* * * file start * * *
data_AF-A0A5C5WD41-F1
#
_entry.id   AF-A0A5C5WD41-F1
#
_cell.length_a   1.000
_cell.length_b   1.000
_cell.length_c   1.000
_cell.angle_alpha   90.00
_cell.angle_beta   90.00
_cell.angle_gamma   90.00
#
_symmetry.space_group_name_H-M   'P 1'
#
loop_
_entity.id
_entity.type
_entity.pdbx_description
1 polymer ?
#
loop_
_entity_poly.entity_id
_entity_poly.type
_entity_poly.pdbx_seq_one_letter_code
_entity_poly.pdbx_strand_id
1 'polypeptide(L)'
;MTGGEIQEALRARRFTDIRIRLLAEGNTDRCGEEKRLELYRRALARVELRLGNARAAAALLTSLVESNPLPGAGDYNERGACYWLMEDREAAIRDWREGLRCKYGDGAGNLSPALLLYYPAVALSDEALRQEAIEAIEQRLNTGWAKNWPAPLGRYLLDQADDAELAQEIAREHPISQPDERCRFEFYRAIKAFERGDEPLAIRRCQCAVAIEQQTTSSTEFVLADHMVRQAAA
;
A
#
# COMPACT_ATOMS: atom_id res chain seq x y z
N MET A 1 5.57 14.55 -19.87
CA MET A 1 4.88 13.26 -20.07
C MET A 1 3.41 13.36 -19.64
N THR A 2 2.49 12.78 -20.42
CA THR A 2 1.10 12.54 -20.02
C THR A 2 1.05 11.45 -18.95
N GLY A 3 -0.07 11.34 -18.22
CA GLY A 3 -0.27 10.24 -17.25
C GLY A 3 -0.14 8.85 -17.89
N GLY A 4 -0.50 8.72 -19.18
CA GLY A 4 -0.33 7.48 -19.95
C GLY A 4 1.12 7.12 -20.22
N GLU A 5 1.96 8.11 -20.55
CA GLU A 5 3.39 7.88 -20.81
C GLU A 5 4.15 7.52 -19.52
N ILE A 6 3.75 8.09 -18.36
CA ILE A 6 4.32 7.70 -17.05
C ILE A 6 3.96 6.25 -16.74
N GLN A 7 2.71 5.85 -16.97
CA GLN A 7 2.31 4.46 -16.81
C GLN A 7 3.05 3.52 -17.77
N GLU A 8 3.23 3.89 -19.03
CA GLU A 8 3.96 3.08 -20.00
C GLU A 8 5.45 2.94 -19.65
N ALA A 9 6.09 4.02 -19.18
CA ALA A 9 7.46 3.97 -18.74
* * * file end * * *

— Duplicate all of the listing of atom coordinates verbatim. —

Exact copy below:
data_AF-A0A5C5WD41-F1
#
_entry.id   AF-A0A5C5WD41-F1
#
_cell.length_a   1.000
_cell.length_b   1.000
_cell.length_c   1.000
_cell.angle_alpha   90.00
_cell.angle_beta   90.00
_cell.angle_gamma   90.00
#
_symmetry.space_group_name_H-M   'P 1'
#
loop_
_entity.id
_entity.type
_entity.pdbx_description
1 polymer ?
#
loop_
_entity_poly.entity_id
_entity_poly.type
_entity_poly.pdbx_seq_one_letter_code
_entity_poly.pdbx_strand_id
1 'polypeptide(L)'
;MTGGEIQEALRARRFTDIRIRLLAEGNTDRCGEEKRLELYRRALARVELRLGNARAAAALLTSLVESNPLPGAGDYNERGACYWLMEDREAAIRDWREGLRCKYGDGAGNLSPALLLYYPAVALSDEALRQEAIEAIEQRLNTGWAKNWPAPLGRYLLDQADDAELAQEIAREHPISQPDERCRFEFYRAIKAFERGDEPLAIRRCQCAVAIEQQTTSSTEFVLADHMVRQAAA
;
A
#
# COMPACT_ATOMS: atom_id res chain seq x y z
N MET A 1 5.57 14.55 -19.87
CA MET A 1 4.88 13.26 -20.07
C MET A 1 3.41 13.36 -19.64
N THR A 2 2.49 12.78 -20.42
CA THR A 2 1.10 12.54 -20.02
C THR A 2 1.05 11.45 -18.95
N GLY A 3 -0.07 11.34 -18.22
CA GLY A 3 -0.27 10.24 -17.25
C GLY A 3 -0.14 8.85 -17.89
N GLY A 4 -0.50 8.72 -19.18
CA GLY A 4 -0.33 7.48 -19.95
C GLY A 4 1.12 7.12 -20.22
N GLU A 5 1.96 8.11 -20.55
CA GLU A 5 3.39 7.88 -20.81
C GLU A 5 4.15 7.52 -19.52
N ILE A 6 3.75 8.09 -18.36
CA ILE A 6 4.32 7.70 -17.05
C ILE A 6 3.96 6.25 -16.74
N GLN A 7 2.71 5.85 -16.97
CA GLN A 7 2.31 4.46 -16.81
C GLN A 7 3.05 3.52 -17.77
N GLU A 8 3.23 3.89 -19.03
CA GLU A 8 3.96 3.08 -20.00
C GLU A 8 5.45 2.94 -19.65
N ALA A 9 6.09 4.02 -19.18
CA ALA A 9 7.46 3.97 -18.74